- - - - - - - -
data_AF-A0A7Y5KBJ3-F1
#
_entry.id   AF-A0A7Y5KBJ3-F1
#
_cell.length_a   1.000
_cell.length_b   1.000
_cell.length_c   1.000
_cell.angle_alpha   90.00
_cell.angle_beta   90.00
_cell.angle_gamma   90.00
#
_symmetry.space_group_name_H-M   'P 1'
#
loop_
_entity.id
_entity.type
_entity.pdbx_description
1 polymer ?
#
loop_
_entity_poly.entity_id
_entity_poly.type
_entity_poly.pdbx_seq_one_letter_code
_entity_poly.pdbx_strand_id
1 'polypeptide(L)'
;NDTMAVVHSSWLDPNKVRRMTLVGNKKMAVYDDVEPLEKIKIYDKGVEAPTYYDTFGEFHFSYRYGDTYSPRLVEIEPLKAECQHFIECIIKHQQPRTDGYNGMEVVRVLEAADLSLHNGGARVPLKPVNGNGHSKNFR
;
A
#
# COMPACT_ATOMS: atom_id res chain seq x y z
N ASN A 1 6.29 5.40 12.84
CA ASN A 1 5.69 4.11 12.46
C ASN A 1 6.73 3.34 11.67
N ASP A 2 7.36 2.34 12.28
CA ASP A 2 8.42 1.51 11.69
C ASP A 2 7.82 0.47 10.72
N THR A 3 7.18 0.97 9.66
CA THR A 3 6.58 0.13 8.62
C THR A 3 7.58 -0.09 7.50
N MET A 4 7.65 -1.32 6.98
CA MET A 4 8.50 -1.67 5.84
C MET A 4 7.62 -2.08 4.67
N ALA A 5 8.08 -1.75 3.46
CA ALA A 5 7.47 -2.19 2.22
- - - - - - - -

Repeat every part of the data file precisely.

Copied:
data_AF-A0A7Y5KBJ3-F1
#
_entry.id   AF-A0A7Y5KBJ3-F1
#
_cell.length_a   1.000
_cell.length_b   1.000
_cell.length_c   1.000
_cell.angle_alpha   90.00
_cell.angle_beta   90.00
_cell.angle_gamma   90.00
#
_symmetry.space_group_name_H-M   'P 1'
#
loop_
_entity.id
_entity.type
_entity.pdbx_description
1 polymer ?
#
loop_
_entity_poly.entity_id
_entity_poly.type
_entity_poly.pdbx_seq_one_letter_code
_entity_poly.pdbx_strand_id
1 'polypeptide(L)'
;NDTMAVVHSSWLDPNKVRRMTLVGNKKMAVYDDVEPLEKIKIYDKGVEAPTYYDTFGEFHFSYRYGDTYSPRLVEIEPLKAECQHFIECIIKHQQPRTDGYNGMEVVRVLEAADLSLHNGGARVPLKPVNGNGHSKNFR
;
A
#
# COMPACT_ATOMS: atom_id res chain seq x y z
N ASN A 1 6.29 5.40 12.84
CA ASN A 1 5.69 4.11 12.46
C ASN A 1 6.73 3.34 11.67
N ASP A 2 7.36 2.34 12.28
CA ASP A 2 8.42 1.51 11.69
C ASP A 2 7.82 0.47 10.72
N THR A 3 7.18 0.97 9.66
CA THR A 3 6.58 0.13 8.62
C THR A 3 7.58 -0.09 7.50
N MET A 4 7.65 -1.32 6.98
CA MET A 4 8.50 -1.67 5.84
C MET A 4 7.62 -2.08 4.67
N ALA A 5 8.08 -1.75 3.46
CA ALA A 5 7.47 -2.19 2.22